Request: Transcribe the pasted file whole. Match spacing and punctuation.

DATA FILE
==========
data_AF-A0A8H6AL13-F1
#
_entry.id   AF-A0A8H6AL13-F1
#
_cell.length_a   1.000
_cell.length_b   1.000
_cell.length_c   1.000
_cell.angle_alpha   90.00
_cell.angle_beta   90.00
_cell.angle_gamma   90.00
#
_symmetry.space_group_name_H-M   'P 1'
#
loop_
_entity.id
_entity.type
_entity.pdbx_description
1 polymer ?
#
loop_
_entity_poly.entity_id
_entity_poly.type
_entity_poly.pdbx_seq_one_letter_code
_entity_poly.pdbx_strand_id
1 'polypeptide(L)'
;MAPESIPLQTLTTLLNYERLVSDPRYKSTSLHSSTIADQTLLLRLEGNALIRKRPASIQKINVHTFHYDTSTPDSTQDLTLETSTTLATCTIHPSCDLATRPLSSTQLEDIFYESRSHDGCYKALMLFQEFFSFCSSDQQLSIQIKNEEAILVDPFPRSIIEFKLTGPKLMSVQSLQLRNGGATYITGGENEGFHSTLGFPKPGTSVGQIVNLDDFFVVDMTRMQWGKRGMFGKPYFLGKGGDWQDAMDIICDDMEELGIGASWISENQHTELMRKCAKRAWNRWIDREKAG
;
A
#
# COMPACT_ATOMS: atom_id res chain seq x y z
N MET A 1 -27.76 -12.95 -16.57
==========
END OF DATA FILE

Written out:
data_AF-A0A8H6AL13-F1
#
_entry.id   AF-A0A8H6AL13-F1
#
_cell.length_a   1.000
_cell.length_b   1.000
_cell.length_c   1.000
_cell.angle_alpha   90.00
_cell.angle_beta   90.00
_cell.angle_gamma   90.00
#
_symmetry.space_group_name_H-M   'P 1'
#
loop_
_entity.id
_entity.type
_entity.pdbx_description
1 polymer ?
#
loop_
_entity_poly.entity_id
_entity_poly.type
_entity_poly.pdbx_seq_one_letter_code
_entity_poly.pdbx_strand_id
1 'polypeptide(L)'
;MAPESIPLQTLTTLLNYERLVSDPRYKSTSLHSSTIADQTLLLRLEGNALIRKRPASIQKINVHTFHYDTSTPDSTQDLTLETSTTLATCTIHPSCDLATRPLSSTQLEDIFYESRSHDGCYKALMLFQEFFSFCSSDQQLSIQIKNEEAILVDPFPRSIIEFKLTGPKLMSVQSLQLRNGGATYITGGENEGFHSTLGFPKPGTSVGQIVNLDDFFVVDMTRMQWGKRGMFGKPYFLGKGGDWQDAMDIICDDMEELGIGASWISENQHTELMRKCAKRAWNRWIDREKAG
;
A
#
# COMPACT_ATOMS: atom_id res chain seq x y z
N MET A 1 -27.76 -12.95 -16.57